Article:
ELIZABETHTON — The slower-than-anticipated economic growth in the nation is having an impact on Elizabethton electric revenues, particularly cash flow, which could lead to an increase in electric rates of about 2.1 percent next year.
The Elizabethton City Council held a workshop session with electric rate structure consultant Chris Mitchell on Tuesday afternoon. Mitchell, a former Tennessee Valley Authority employee, is the head of Chris Mitchell Management Consultants.
Mitchell recommended increasing the city’s electric division revenue by 2.1 percent, or $1.2 million, Jan. 1. This would probably not be an across-the-board increase, but would be set at differing rates, depending on the findings of a cost-of-service study that has not been completed.
City Manager Fred Edens started the meeting by saying “I wish I didn’t have to call this workshop, but I would be remiss in my duty to you and the citizens if I didn’t.” Edens said he was “between a rock and hard place” on the electric-revenue issue.
City staff had pointed out to the council in the summer of 2010 that a rate increase may need to be considered. During the recently completed budget discussions for the current fiscal year the council had talked about using a letter of credit, but in preparing information to obtain the letter of credit, it became apparent a rate increase would have to be made in order to receive it.
One problem in the city’s electric revenue is that the interest being paid on a $20 million loan to rebuild nine electric substations is demanding more cash than anticipated. Edens said the city, like the rest of the nation, has not experienced the economic growth that had been expected in the past year. With less new revenue coming from growth, it means a larger percentage of revenue is being siphoned off in interest payments than planned.
Mitchell’s financial analysis of long-term interest expense as a percentage of revenue minus power costs would climb from 8 percent to more than 16 percent in the next few years.
Another new problem the city is facing is the change in the TVA rate schedule has led to the need for the city to keep more cash in reserves than in the more stable days of the recent past. Edens said that historically, the city has kept 5 to 8 percent of revenue in reserves. Now the city is required to keep anywhere from 8 to 16 percent, and the new fund-balance policy requires the city to keep 15 percent in reserve.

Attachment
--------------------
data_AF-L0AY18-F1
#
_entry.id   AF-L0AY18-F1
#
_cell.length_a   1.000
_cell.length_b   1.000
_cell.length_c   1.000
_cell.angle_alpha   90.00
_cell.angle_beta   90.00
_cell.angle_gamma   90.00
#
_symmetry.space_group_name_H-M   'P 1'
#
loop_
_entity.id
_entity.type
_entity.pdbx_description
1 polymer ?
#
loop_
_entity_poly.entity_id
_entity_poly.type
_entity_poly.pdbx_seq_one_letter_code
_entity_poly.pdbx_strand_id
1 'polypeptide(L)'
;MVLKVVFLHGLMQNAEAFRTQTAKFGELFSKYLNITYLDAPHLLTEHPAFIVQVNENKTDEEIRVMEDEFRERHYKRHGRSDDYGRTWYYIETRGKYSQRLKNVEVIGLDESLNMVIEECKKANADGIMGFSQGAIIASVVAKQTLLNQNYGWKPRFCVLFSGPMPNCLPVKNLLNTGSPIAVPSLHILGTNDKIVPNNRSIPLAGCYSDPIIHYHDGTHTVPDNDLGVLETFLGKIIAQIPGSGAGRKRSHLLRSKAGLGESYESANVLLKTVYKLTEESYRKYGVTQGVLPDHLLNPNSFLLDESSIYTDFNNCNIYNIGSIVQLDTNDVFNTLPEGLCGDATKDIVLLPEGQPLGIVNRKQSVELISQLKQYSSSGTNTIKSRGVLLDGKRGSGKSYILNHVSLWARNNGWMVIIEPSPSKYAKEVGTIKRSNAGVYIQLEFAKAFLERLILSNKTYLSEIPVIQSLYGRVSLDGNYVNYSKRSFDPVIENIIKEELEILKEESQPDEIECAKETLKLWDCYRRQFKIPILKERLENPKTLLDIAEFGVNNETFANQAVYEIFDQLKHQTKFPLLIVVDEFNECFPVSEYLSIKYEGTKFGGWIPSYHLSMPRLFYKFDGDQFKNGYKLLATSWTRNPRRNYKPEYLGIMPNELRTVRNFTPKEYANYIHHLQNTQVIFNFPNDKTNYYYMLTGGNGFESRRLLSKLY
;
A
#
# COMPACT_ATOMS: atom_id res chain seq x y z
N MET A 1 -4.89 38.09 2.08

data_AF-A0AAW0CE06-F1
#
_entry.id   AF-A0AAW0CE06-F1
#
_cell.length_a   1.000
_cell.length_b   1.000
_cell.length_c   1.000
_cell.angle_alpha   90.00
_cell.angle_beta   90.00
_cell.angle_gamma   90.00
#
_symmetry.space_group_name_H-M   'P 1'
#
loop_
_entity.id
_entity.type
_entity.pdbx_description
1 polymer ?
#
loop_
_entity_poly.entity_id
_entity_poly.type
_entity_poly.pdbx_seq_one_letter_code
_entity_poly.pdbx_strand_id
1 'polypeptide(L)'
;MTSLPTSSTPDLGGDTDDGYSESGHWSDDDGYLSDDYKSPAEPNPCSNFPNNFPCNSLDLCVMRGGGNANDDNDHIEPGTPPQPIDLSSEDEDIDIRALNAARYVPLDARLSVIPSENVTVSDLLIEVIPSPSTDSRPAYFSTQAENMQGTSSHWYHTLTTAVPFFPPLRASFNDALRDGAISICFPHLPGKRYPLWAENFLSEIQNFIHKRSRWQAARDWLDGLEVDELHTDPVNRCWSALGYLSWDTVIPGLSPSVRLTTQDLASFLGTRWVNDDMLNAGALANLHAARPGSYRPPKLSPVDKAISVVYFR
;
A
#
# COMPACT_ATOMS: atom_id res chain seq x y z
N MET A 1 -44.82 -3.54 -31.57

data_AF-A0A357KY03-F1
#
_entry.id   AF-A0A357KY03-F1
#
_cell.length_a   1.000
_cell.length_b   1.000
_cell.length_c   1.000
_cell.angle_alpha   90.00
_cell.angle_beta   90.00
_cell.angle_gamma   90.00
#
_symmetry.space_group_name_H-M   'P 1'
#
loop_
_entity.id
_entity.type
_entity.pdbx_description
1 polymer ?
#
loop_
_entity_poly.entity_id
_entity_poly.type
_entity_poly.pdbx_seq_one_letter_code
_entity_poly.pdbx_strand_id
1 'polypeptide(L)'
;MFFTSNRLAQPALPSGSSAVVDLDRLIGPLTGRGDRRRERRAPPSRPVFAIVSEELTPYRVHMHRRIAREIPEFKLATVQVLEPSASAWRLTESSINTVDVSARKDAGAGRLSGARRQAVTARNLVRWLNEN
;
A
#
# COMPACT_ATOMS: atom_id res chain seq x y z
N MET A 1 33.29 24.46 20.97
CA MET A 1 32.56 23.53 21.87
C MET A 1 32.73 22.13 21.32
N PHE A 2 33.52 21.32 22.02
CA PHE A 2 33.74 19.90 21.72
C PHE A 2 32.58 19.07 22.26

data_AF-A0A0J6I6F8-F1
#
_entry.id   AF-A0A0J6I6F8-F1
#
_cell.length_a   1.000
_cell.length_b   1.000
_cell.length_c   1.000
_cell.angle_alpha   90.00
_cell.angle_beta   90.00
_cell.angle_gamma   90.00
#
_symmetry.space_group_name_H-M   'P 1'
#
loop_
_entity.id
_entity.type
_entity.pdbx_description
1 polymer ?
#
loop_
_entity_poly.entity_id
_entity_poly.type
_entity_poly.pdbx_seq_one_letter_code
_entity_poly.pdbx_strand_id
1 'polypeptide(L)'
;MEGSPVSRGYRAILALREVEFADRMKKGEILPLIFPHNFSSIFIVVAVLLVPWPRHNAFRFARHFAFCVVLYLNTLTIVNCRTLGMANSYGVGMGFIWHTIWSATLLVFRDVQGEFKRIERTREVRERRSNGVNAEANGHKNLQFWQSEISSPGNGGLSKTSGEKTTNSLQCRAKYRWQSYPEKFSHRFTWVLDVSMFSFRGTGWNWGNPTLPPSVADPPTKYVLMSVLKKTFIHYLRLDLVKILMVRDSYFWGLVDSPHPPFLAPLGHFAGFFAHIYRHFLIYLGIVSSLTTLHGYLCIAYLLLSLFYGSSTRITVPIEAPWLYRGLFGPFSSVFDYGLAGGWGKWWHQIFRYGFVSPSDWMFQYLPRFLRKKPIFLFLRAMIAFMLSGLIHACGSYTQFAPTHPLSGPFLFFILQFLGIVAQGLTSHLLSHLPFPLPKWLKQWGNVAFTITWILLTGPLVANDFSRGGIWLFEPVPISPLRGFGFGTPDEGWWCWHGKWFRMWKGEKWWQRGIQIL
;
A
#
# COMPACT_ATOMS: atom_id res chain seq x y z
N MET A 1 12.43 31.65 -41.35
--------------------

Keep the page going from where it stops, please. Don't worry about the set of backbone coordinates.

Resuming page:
Mayor Curt Alexander asked Mitchell if the city had “tried to do too much too soon” in rebuilding all the substations within a short period. Mitchell said he was not a system engineer, so he could not answer the question.
The consensus on the panel appeared to be that in the past the electric system had low rates but an aging infrastructure with reliability problems. As a result of the rebuild, the system now has average rates for the region with new infrastructure and better reliability.
Mitchell’s recommendation would improve projected cash balance into the recommended range and bring four key ratios into recommended levels. The rate increase also would allow the city to meet the requirements of a letter of credit. He said if national and local financial conditions improve quicker than expected, the rates could be reduced. For that reason, rates should be reviewed on an annual basis.
One of the decisions the council will have to make if rates are raised is how to distribute the increase. A cost-of-services study will assist in making that decision. Another factor may be the trend that Mitchell sees in the region to promote job creation.
Both of those factors could mean residential rates would be raised by a higher percentage than commercial or industrial.
Alexander said after the meeting the key to Mitchell’s recommendation of a $1.2 million annual increase is that rates should be raised by about $100,000 a month. He said there are 25,000 customers in the system. That works out to about a $4 increase per month per customer.